Micah is a compulsive liar, and she's narrating the story. The format is something along the lines of a journal, being written after the events in question have taken place. But the journal doesn't appear to be a private journal, necessarily, and so there's definitely a question of how honest Micah is being. Especially when you get to a new chapter and she starts by apologizing for lying, and clarifying where the lies were in the previous chapter. There are chapter segments, tagged with titles like "Before", "After", and "Family history" which helps a lot in keeping track of what's going on. The event they refer to is the death of a boy who was killed, possibly murdered, and who had been in some sort of a relationship with Micah.
It feels fairly obvious right off the bat that Micah didn't kill Zach. She is horrified and traumatized by his death, and yet she's lying about many of the things surrounding his death, and often lying to the authorities. Some of these lies feel very much like a just a confused teenager - telling one story to the authorities who she has been taught to distrust, another to Zach's official girlfriend who she feels, sorry for, threatened by, and weirdly attracted to, and yet another story for her parents. But most teenagers (I think) have a tendency to be honest with the police, especially when there's a murder investigation underway. Especially when someone they loved is dead, and they aren't responsible.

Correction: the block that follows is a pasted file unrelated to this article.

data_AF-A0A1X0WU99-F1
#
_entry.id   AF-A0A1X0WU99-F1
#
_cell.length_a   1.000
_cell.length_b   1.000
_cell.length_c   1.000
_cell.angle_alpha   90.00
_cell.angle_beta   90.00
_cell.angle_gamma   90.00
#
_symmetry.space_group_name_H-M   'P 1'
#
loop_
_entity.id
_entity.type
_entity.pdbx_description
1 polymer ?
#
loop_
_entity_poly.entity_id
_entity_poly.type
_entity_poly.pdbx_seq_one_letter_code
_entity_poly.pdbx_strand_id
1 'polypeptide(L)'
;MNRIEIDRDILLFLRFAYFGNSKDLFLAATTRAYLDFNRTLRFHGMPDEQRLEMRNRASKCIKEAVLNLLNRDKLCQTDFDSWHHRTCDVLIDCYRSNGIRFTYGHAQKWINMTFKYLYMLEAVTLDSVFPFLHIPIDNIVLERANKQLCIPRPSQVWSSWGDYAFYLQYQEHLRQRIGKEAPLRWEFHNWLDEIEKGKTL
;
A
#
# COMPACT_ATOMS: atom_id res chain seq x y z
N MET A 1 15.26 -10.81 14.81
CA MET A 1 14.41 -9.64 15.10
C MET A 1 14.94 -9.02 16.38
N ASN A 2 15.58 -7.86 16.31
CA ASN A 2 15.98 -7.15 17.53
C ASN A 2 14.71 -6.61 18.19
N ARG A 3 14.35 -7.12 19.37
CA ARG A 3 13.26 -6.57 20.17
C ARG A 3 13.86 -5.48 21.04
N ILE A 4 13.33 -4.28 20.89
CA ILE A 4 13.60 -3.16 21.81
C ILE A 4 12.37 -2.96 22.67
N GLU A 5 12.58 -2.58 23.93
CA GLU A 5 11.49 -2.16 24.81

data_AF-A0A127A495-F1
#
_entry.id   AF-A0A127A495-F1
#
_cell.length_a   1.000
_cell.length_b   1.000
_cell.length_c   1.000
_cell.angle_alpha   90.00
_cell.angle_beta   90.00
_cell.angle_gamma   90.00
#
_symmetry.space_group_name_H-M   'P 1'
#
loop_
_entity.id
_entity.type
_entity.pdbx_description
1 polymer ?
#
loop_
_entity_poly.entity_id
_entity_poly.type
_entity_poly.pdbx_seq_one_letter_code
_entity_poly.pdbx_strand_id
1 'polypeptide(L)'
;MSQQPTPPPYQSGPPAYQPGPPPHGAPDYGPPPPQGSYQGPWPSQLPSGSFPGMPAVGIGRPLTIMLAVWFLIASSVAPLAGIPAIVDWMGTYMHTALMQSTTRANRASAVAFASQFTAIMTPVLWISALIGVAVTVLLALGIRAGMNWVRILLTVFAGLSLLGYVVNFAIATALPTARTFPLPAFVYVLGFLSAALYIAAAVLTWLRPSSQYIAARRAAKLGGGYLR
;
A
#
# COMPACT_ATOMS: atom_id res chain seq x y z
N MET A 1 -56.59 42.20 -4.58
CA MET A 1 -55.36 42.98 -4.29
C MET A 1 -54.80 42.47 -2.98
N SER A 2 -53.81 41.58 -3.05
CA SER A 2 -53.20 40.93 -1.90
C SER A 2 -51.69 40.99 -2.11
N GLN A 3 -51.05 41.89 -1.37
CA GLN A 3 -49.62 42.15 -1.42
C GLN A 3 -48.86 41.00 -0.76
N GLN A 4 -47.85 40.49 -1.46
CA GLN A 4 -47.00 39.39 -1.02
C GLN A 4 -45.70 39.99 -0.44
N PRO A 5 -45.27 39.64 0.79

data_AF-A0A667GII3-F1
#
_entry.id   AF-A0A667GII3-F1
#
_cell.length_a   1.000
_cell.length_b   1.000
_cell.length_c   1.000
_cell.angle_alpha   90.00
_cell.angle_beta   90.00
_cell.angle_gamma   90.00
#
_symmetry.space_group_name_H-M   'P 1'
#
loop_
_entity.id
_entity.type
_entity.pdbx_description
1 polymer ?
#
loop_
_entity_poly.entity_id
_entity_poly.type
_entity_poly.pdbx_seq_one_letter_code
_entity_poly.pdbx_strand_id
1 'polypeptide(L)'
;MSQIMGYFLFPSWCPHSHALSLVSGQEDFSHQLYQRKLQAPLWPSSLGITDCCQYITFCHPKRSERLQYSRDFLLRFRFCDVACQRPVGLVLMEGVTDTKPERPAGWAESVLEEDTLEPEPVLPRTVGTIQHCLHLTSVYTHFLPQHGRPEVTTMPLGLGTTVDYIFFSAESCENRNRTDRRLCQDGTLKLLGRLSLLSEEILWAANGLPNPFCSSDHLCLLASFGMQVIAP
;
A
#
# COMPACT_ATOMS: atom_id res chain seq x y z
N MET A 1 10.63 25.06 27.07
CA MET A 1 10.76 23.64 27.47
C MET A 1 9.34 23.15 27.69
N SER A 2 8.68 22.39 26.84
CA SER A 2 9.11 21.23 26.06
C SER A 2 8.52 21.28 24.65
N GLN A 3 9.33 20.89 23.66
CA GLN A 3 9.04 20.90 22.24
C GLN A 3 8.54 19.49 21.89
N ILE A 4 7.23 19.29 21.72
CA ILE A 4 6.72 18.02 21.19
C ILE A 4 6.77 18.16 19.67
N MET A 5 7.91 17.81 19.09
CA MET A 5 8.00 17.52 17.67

Obviously there's a twist, and yet I totally missed all the hints in the first half of the book, and it took me a while to actually believe Micah once she finally revealed what was actually going on. Micah is so adept at lying and filling in those little details that make lies convincing. When I outlined the story to Sky he saw the twist immediately because I didn't include those little details.
Her unreliability makes the story fascinating. I'm still not entirely clear on some of the details of the story - specifically surrounding her younger brother. Turns out that lying about having lied about something is quite convincing too. By the end of the story you know that Micah is a liar, you've been lied to often enough that you can't just relax and trust her, and yet she is being more honest with you now than ever.
This is a lovely story, twisty and turney and totally satisfying. And way more true than if it had just been told factually without all the lies. Because lies are the foundation of Micah's life, and once you start to be able to see through the lies, and understand why she is lying and what she lies about, you're able to understand her in a way that you never could otherwise.